Who’s Who in Classical Music
By V Ramnarayan
Many pairs of nagaswara vidwans have illuminated the Carnatic music stage for nearly a century. Tiruveezhimizhalai Subramania Pillai, born in 1893, and his younger brother Natarajasundaram Pillai were among the first, if not the very first, to perform nagaswaram duets. They were initially referred to as the Tiruveezhimizhalai Pasanga or Boys, but later came to be known as the Tiruveezhimizhalai Brothers. They and their youngest brother Kalyanasundaram Pillai were sons of nagaswara vidwan Tiruveezhimizhalai Swaminatha Pillai.
Subramaniam started his music learning with the flute, while Natarajasundaram trained initially as a vocalist, but neither could eventually resist the power of the nagaswaram, and carried on the family legacy, to join the foremost exponents of the art in their time. They were known not only for their exquisite raga essays like many nagaswara vidwans of their time, but also for their emphasis on learning the sahitya to perfection and investing their blowing of the instrument with utmost fidelity to lyrics. Kalyanasundaram played a key role in this aspect as a vocal music student of the great Naina Pillai at Kanchipuram, who would pass on the knowledge he gained to his elder siblings. For this discipline, the brothers were indebted to their father’s strict insistence on the primacy of the lyrics.
Nayanam music was traditionally distinguished by a spirit of competition and rivalries between different sets of nagaswaram and tavil vidwans. At the time the Tiruveezhimizhalai Brothers began their career, the Tiruppambaram Brothers Natarajasundaram Pillai and Sivasubramania Pillai dominated the scene, with their impressive repertoire, rich in the Dikshitar Sampradaya, along with violin maestro Tirukkodikaval Krishna Iyer, as disciples of Sathanur Panchanada Iyer. The rivalry between the two sets of brothers, both proficient in raga delineation and kriti-rendering, resulted in several great concerts by each. Each pair specialised in achieving such harmony that the music that resulted could easily be mistaken as coming from a single nagaswaram.
True to the family tradition, the Tiruveezhimizhalai Brothers were masters of creative improvisation in all the forms of nagaswaram music—raga alapana, pallavi, rakti, mallari and other ritual music. They also gained mastery over laya by joining the gurukulam of Konerirajapuram Vaidyanatha Iyer, reputed for his rhythmic excellence.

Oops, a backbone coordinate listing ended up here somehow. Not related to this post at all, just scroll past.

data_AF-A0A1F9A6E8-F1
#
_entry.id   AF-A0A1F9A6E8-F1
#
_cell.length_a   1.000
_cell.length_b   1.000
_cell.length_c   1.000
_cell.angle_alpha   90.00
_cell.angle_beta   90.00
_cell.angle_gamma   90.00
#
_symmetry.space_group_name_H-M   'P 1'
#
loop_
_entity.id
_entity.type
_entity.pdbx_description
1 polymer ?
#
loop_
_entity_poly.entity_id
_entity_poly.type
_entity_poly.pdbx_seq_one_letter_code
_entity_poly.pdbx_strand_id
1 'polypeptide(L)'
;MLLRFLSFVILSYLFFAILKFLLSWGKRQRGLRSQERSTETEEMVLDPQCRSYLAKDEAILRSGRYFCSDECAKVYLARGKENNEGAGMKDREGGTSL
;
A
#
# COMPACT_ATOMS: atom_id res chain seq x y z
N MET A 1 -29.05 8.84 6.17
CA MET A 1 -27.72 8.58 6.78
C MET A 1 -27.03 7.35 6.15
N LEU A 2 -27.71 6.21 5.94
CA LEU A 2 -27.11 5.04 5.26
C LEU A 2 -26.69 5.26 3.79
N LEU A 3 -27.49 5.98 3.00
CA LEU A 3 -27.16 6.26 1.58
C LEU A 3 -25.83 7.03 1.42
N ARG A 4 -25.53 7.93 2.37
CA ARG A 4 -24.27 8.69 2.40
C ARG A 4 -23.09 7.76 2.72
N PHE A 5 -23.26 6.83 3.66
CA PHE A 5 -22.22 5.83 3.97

A brother in spirit that the Brothers acquired was tavil maestro Needamangalam Meenakshisundaram Pillai. They were so distraught when he left them to become an independent percussionist that they stopped playing such songs as Tyagaraja’s Chetulara sringaramu whose lyrics could virtually be heard on his tavil.
The brothers not only often excelled themselves in the company of such tavil wizards as Ammapettai Pakkiria Pillai and Vazhuvoor Panchapakesa Pillai, but also earned the respect of eminent musicians like Semmangudi Srinivasa Iyer, Mudicondan Venkatarama Iyer, Kanchipuram Naina Pillai, Fiddle Govindaswami Pillai, and Konnakol Pakkiria Pillai. Yet they had the humility to claim that they could never equal the kalpanaswara excellence of their senior Chidambaram Vaidyanatha Pillai or his mastery of rakti ragas like Huseni.
Devout worshippers of saint composer Tyagaraja, the Brothers were secretaries of the Aradhana Committee of Tiruvaiyaru at the annual festival there.
Subramania Pillai was the first nagaswara vidwan to be decorated by the Madras Music Academy as Sangita Kalanidhi, and honoured by the Indian Fine Arts Association as Rasika Sikhamani. He demonstrated a 64-kalai pallavi before the experts committee in the year of his award. The brothers, who lived into their nineties, developed many disciples into first rate nagaswara vidwans. Among them were Govindaraja Pillai and Dakshinamurthi Pillai, both sons of Subramania Pillai.